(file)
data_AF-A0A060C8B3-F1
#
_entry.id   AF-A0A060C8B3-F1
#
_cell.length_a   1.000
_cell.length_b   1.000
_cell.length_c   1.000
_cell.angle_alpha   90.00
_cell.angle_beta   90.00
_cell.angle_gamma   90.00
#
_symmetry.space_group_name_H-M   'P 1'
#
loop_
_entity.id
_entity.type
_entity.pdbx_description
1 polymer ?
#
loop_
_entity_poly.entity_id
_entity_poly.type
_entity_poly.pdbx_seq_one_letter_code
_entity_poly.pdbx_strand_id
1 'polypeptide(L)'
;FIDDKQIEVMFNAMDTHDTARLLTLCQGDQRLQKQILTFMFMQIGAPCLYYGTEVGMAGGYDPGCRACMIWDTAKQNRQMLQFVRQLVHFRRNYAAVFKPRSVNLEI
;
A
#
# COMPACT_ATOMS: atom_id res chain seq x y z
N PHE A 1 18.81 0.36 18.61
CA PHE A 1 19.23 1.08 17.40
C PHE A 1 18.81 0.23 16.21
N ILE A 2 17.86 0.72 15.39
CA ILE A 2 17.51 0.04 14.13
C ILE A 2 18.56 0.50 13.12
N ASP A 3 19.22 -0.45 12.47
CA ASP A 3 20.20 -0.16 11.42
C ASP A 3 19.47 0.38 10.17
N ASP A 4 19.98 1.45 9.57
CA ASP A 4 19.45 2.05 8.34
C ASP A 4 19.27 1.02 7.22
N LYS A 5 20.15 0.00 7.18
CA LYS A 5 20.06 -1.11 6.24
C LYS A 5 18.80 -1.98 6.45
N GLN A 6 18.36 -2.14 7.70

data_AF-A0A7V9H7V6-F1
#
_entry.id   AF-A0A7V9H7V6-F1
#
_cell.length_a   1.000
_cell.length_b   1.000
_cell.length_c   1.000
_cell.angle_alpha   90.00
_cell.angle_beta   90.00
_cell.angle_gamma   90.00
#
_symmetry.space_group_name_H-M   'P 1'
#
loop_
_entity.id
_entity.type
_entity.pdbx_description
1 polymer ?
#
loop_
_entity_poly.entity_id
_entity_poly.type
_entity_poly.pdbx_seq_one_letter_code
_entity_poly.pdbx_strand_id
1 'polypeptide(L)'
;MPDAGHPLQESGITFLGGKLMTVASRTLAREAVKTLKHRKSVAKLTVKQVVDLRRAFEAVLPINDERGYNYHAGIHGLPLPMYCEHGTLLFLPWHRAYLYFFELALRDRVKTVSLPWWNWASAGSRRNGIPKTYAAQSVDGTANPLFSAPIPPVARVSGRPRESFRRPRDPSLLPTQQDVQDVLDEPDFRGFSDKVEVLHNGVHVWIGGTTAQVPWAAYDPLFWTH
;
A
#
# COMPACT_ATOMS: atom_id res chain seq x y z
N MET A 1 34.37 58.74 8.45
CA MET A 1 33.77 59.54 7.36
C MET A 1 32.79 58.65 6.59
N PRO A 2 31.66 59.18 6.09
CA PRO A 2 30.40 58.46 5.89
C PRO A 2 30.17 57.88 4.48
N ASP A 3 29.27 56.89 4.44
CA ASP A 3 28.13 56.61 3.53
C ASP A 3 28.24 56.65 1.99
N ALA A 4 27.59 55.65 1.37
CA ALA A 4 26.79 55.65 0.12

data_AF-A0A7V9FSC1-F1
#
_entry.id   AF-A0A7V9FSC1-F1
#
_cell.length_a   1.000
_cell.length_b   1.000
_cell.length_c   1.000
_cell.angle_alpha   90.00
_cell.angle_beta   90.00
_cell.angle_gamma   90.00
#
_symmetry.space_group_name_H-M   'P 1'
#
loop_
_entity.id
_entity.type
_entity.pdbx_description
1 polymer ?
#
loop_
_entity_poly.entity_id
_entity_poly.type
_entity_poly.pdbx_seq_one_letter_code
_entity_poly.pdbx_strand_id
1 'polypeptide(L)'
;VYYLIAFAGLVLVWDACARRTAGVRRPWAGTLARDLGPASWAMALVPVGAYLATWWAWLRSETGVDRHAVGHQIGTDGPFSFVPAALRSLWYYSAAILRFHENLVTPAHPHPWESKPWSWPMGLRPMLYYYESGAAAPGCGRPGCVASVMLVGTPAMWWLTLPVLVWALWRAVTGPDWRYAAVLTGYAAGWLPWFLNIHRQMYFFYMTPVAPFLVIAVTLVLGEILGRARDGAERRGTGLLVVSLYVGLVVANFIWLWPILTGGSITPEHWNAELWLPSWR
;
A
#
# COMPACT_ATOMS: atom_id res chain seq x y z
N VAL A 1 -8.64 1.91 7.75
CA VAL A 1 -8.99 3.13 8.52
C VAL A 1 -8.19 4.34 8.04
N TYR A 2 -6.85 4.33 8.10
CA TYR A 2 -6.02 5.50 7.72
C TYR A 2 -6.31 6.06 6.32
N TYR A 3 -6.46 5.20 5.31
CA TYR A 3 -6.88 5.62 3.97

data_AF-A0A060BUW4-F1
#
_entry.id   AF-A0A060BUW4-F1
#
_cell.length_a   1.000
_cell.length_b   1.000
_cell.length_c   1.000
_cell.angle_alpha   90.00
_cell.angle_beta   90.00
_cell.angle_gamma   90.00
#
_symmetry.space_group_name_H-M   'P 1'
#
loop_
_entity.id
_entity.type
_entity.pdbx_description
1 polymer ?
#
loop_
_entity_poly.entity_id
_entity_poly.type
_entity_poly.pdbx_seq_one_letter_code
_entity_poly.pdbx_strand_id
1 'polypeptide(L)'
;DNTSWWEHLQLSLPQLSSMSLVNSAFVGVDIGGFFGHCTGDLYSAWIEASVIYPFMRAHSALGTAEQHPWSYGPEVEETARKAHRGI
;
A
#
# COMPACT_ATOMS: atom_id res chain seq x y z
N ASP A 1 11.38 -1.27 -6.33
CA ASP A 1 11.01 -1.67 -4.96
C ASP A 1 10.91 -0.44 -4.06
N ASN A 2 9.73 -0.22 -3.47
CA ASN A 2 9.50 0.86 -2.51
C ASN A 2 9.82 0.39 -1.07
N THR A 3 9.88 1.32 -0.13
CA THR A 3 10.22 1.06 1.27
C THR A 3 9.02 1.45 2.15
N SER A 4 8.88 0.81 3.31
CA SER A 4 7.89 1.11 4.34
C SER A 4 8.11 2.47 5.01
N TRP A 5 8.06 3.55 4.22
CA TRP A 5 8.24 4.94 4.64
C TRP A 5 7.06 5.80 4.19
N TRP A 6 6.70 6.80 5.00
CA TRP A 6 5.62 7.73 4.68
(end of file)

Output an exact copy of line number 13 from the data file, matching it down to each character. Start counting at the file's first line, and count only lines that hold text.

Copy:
#